Thank you for taking the time to comment and I appreciate the referral to Jean Robbins’ paper in The Federalist. It has taught me a lesson in semantics because what she is writing about when she refers to competency-based education (CBE) and what I am talking about are two entirely different things. I hope you will take the time to understand the difference because I believe we share the same passion for doing what is best for our nation’s children.
In the interim, I will come up with a new label for the “success-based approach to education” that I envision in the education model I have developed and which is what I have referred to as competency-based education (CBE). I hope you will take the time to review my education model. I believe it will speak to your heart.
The essence of my model is that the teacher and student relationship is an essential variable in the education equation. One of the many flaws in the current education process is that children, beginning at the tender ages of five and six, are not given enough time to form, let alone sustain, a nurturing relationship with a teacher who is going to care about them, deeply, while helping them learn. The acquisition of the knowledge, understanding, and skills they will need to have meaningful choices in life is a daunting process with which they will need patient support.
One of the other essential variables is that kids need time to learn. What we must strive to do is help them experience success in learning because it always leaves us yearning for more. Success is a process, not a destination or even an “A” in a teacher’s grade book. An “A” is nothing more than the equivalent of a “digital badge” to which Robbins refers in her paper. What students must acquire are building blocks of the knowledge, understanding, and skills they will need to build an academic foundation from which they can create a life for themselves.
So much of the focus in the current education process is on failure. We need to distinguish between mistakes and failure. Mistakes are nothing more than disappointing outcomes that can be improved if we are given enough time to learn from them. When a child does poorly on a chapter test, for example, it does not become a failure until we deprive them of the time they need to go back and learn from their mistakes. This is a fatal flaw where the current education process breaks down in the face of the relentless pressure to keep a class on schedule. Teachers do their best to help struggling students keep pace, but the larger the number the more problematic that becomes.
We know learning from mistakes takes longer for some children than it does for others. Yet, when teachers must move kids along to a next lesson, ready or not, it is likely they will never experience the “aha” moment that most of us have had when a lesson clicks in our minds and we understand. Such moments are “successes” that prepare the student for future lessons in a subject area. It is only a matter of time before students who never experience success give up on learning and stop trying.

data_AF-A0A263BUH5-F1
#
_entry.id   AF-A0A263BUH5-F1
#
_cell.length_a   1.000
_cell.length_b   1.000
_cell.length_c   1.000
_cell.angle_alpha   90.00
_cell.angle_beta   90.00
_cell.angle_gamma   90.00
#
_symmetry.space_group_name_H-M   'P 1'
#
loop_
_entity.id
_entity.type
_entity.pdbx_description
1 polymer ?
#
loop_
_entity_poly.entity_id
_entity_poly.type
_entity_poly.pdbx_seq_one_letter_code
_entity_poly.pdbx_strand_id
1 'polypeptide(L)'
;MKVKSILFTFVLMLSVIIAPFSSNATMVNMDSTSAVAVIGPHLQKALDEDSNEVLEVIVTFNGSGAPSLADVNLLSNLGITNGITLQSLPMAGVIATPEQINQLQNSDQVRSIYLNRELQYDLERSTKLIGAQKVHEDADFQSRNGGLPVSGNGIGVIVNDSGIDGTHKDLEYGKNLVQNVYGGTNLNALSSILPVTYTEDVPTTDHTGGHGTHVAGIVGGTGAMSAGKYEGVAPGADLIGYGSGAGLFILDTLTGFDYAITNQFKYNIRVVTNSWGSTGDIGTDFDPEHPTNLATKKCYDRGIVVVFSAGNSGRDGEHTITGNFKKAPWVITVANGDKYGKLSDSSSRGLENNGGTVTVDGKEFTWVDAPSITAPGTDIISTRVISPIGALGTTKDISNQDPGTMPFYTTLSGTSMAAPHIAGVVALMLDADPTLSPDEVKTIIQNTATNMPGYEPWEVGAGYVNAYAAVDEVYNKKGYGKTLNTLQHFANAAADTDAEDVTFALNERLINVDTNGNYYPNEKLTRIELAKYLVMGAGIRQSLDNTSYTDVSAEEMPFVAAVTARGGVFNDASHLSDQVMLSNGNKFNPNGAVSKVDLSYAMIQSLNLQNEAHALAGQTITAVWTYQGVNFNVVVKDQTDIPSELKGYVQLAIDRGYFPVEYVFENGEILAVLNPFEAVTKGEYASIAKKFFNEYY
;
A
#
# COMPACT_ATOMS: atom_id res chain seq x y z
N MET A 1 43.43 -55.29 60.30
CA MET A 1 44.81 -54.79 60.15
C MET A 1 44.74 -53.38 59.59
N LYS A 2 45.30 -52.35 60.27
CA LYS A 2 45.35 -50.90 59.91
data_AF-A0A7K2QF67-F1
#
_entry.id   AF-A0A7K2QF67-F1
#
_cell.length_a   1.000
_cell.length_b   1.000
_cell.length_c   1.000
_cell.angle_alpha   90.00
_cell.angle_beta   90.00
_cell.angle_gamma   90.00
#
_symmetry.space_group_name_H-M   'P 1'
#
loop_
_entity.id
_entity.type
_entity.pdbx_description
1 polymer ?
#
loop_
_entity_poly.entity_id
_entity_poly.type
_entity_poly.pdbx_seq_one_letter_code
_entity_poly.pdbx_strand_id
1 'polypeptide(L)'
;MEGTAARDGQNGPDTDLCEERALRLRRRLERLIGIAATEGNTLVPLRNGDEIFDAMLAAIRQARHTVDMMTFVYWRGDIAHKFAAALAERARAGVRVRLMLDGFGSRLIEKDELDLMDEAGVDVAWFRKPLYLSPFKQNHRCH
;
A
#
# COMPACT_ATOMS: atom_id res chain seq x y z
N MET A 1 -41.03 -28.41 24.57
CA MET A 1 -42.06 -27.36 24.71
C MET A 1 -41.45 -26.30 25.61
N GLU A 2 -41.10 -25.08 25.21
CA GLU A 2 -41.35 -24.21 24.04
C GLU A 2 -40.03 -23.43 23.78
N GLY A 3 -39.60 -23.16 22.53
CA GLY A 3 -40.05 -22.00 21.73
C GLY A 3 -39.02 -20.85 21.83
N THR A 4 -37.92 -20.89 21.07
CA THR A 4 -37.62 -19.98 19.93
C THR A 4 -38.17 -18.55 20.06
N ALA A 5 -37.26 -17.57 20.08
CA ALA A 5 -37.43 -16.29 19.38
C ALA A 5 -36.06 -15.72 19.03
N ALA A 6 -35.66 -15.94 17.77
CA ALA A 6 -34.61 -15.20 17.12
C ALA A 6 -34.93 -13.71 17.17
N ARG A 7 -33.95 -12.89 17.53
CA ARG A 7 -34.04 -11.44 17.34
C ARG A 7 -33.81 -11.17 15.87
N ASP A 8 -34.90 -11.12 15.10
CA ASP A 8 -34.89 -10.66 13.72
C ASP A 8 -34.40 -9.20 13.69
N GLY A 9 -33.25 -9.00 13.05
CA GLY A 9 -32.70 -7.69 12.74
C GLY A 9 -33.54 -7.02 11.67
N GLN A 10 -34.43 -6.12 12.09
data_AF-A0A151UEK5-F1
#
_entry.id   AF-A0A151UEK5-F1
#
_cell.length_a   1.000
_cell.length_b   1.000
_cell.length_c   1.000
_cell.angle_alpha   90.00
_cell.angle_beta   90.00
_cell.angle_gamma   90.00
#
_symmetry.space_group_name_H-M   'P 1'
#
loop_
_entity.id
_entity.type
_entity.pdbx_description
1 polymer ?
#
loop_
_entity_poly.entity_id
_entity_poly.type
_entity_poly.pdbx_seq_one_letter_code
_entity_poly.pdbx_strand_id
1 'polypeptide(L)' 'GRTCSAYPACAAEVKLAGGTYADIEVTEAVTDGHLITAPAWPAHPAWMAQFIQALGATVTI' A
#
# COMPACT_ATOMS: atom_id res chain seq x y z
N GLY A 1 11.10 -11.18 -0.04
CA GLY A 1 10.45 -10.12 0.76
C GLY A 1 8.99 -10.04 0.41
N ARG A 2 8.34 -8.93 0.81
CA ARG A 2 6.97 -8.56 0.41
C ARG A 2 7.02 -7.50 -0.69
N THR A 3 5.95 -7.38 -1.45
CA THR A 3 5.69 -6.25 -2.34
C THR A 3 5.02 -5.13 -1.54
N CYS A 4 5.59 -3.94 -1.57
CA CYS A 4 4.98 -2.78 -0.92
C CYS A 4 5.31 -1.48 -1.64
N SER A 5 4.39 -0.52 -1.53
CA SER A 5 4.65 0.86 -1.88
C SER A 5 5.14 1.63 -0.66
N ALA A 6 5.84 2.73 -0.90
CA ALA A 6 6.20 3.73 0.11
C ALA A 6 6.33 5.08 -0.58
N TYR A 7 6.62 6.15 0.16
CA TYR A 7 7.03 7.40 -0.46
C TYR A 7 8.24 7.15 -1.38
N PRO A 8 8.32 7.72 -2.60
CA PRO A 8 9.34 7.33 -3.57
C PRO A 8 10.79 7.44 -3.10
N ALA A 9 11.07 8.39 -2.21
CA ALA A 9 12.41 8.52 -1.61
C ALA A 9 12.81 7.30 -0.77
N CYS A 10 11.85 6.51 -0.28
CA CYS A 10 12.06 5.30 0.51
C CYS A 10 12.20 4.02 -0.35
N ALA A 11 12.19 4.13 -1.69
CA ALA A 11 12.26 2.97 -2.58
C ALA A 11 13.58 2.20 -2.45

Not all kids are not headed to the same destinations and they did not start at the same point of embarkation. Students will go to college or to some type of vocational school; others will go directly into the workforce or to the military according to their own interest, demonstrated capabilities, and achievement. Unfortunately, a great many children, particularly the disadvantaged and minorities, fall out along the way and they leave school in possession of few, if any, choices about what to do with their lives.
Yes, many school districts boast a ninety percent graduation rate, but the rates reflect the creativity in finding alternate criteria for graduation qualification on the part of administrators rather than the capabilities of the students. Sadly, few educators, witness the challenges these young men and women face when confronted with real life; when they are bereft of meaningful choices. Graduation rates are not an effective measure of success.
What employers see when these young people enter the job market and what military recruiters see when their candidates fail the ASVAB, echoes what the results of state academic competency exams and NAEP assessments are telling us. Far too many students are not learning the subject matter presented to them well enough that they can utilize it in real life situations. Because we are so quick to point the finger of blame for the results of such testing rather than take the time to understand what they are telling us, we wrongly hold schools and teachers responsible for the performance of their students. Such tests
DO NOT measure the effectiveness of schools and teachers, but THEY DO MEASURE THE SUCCESS OF THE EDUCATION PROCESS with which teachers and schools are expected to work. Yes, this sounds counter-intuitive, but if a process produces bad outcomes no matter how hard people work or how qualified they are, the process is the problem. People can only do what the process allows them to do.
The reality is that the education process does not work for millions of students and this is the real crisis in American education. I wish educators could see how poorly prepared their students are when they are unable to pass a basic assessment of their math and reading skills needed to qualify for a job or pass the ASVAB for enlistment in the Armed Forces. Thirty to thirty-five percent of recent high school graduates and high school seniors are unable to get the minimum score for enlistment eligibility, often after taking the ASVAB up to four times. The percentage of blacks and other minority candidates passing is lower, still. I cannot begin to describe the anguish on the faces of these young men and women when they walk out of a testing room with a piece of paper that says this door is closed to them.